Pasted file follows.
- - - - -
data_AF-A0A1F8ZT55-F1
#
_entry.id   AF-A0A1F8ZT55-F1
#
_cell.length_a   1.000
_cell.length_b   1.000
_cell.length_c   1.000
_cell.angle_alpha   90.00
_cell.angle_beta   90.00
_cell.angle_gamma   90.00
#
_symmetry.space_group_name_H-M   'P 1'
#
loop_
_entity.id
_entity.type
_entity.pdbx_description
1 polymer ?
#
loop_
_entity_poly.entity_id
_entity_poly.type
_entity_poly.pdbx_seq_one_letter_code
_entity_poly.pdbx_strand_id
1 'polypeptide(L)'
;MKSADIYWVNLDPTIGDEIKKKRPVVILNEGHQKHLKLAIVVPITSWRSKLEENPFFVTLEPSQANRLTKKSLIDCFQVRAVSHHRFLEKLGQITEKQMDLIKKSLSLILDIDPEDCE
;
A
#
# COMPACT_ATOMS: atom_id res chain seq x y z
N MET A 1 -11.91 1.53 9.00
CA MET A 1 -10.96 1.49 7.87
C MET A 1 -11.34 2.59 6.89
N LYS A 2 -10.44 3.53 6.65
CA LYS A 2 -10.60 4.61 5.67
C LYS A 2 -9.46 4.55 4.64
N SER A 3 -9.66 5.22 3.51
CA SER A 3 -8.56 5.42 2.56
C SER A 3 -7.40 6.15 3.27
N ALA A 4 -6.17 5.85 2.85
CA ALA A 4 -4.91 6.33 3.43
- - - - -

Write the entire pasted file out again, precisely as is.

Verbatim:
data_AF-A0A1F8ZT55-F1
#
_entry.id   AF-A0A1F8ZT55-F1
#
_cell.length_a   1.000
_cell.length_b   1.000
_cell.length_c   1.000
_cell.angle_alpha   90.00
_cell.angle_beta   90.00
_cell.angle_gamma   90.00
#
_symmetry.space_group_name_H-M   'P 1'
#
loop_
_entity.id
_entity.type
_entity.pdbx_description
1 polymer ?
#
loop_
_entity_poly.entity_id
_entity_poly.type
_entity_poly.pdbx_seq_one_letter_code
_entity_poly.pdbx_strand_id
1 'polypeptide(L)'
;MKSADIYWVNLDPTIGDEIKKKRPVVILNEGHQKHLKLAIVVPITSWRSKLEENPFFVTLEPSQANRLTKKSLIDCFQVRAVSHHRFLEKLGQITEKQMDLIKKSLSLILDIDPEDCE
;
A
#
# COMPACT_ATOMS: atom_id res chain seq x y z
N MET A 1 -11.91 1.53 9.00
CA MET A 1 -10.96 1.49 7.87
C MET A 1 -11.34 2.59 6.89
N LYS A 2 -10.44 3.53 6.65
CA LYS A 2 -10.60 4.61 5.67
C LYS A 2 -9.46 4.55 4.64
N SER A 3 -9.66 5.22 3.51
CA SER A 3 -8.56 5.42 2.56
C SER A 3 -7.40 6.15 3.27
N ALA A 4 -6.17 5.85 2.85
CA ALA A 4 -4.91 6.33 3.43